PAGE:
British oil giant BP has said it will cut capital expenditures, after reporting lower profit for the fourth quarter and full-year 2014, hit by lower oil prices.
Underlying profit for the fourth quarter declined by 20% year on year to $2.2bn (£1.5bn, €1.9bn), while full-year profit declined 10% to $12.1bn.
The company said it took a $3.6bn post-tax net charge for non-operating items in the quarter, mainly relating to impairments of upstream assets reflecting the impact of lower oil prices, revisions to reserves and other factors.
Including this charge, BP reported a replacement cost loss of $969m for the fourth quarter of 2014.
Estimated underlying net income from Russia's Rosneft, in which the company holds a stake, declined to $470m in the fourth quarter from $1.1bn a year ago. That was primarily due to the Western sanctions, the depreciation in rouble and lower oil prices.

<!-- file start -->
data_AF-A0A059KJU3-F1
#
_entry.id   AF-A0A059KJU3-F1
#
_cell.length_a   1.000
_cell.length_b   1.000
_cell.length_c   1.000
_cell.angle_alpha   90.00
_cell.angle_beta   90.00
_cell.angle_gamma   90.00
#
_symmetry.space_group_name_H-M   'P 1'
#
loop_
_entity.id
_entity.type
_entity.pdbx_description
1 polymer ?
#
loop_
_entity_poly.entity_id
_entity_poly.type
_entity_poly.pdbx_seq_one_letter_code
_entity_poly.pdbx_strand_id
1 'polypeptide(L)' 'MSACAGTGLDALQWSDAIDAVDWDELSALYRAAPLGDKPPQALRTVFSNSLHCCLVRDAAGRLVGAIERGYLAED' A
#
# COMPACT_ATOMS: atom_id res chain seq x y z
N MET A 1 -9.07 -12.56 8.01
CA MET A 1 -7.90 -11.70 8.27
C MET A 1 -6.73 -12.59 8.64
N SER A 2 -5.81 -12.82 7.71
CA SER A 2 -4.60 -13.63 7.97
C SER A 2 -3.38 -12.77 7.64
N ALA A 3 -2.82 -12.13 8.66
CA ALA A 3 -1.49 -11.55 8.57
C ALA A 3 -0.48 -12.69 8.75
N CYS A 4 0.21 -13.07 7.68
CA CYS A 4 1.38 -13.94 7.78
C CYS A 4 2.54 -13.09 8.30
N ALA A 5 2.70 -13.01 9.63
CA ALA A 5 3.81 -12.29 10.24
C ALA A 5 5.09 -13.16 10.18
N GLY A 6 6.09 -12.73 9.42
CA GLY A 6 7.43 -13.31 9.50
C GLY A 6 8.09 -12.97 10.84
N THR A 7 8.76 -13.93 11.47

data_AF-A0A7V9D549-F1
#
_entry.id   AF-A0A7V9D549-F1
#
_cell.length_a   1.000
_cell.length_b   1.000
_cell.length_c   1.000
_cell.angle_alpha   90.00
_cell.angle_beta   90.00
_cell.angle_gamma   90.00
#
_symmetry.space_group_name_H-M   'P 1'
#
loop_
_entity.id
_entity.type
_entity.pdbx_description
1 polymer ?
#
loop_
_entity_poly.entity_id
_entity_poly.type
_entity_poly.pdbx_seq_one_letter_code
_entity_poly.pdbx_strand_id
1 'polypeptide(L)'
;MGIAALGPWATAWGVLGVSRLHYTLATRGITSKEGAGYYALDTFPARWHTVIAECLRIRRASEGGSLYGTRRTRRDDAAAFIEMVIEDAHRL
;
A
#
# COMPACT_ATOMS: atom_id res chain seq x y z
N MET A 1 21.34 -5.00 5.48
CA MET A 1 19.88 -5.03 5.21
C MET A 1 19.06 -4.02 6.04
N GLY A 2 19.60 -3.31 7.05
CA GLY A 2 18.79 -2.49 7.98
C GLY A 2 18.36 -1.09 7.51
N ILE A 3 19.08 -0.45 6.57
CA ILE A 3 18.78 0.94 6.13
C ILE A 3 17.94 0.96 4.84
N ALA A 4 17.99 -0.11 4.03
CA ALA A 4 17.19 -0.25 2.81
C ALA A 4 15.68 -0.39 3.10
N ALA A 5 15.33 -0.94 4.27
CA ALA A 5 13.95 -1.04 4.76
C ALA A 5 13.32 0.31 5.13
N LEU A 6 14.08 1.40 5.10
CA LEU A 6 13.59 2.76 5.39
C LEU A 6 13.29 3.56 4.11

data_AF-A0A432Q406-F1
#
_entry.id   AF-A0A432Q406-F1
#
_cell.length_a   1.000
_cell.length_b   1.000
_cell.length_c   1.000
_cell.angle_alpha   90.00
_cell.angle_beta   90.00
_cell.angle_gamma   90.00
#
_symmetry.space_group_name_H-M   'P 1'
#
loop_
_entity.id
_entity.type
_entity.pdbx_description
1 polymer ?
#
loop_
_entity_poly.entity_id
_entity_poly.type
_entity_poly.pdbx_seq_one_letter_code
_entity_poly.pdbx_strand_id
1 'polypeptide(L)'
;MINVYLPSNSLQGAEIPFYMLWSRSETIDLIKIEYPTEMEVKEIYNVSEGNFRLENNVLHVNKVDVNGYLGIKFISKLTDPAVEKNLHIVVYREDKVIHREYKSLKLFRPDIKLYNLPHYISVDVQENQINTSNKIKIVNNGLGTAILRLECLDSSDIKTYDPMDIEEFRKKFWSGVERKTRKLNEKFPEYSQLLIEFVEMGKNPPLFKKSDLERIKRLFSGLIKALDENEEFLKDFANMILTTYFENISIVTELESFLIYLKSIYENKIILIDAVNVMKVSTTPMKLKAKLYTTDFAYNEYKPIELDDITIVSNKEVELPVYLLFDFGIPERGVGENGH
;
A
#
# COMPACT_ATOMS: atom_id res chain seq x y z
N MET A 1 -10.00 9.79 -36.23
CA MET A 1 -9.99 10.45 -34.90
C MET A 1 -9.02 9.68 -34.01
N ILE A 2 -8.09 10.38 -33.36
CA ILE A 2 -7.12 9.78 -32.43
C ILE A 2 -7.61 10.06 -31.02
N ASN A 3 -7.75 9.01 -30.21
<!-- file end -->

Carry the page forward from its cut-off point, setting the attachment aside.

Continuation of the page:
"We have now entered a new and challenging phase of low oil prices through the near and medium term," Bob Dudley, BP group chief executive, said in a statement.
"Our focus must now be on resetting BP: managing and rebalancing our capital programme and cost base for the new reality of lower prices while always maintaining safe, reliable and efficient operations."
In order to maintain profitability amid lower oil prices, BP plans to reduce organic capital expenditure to about $20bn in 2015, significantly down from its previous guidance in the range of $24-26bn. Its total organic capital expenditure in 2014 was $22.9bn, lower than the initial guidance of $24-25bn.
In addition, the company said it will continue with its asset divestment plan, and expects divestment total to reach $10bn by the end of 2015.
As at the end of 2014, the company booked charges totalling $43.5bn in connection with the Gulf of Mexico oil spill. An additional charge of $477m was taken in the fourth quarter reflecting increased provision for litigation costs and additional business economic loss claims and other costs.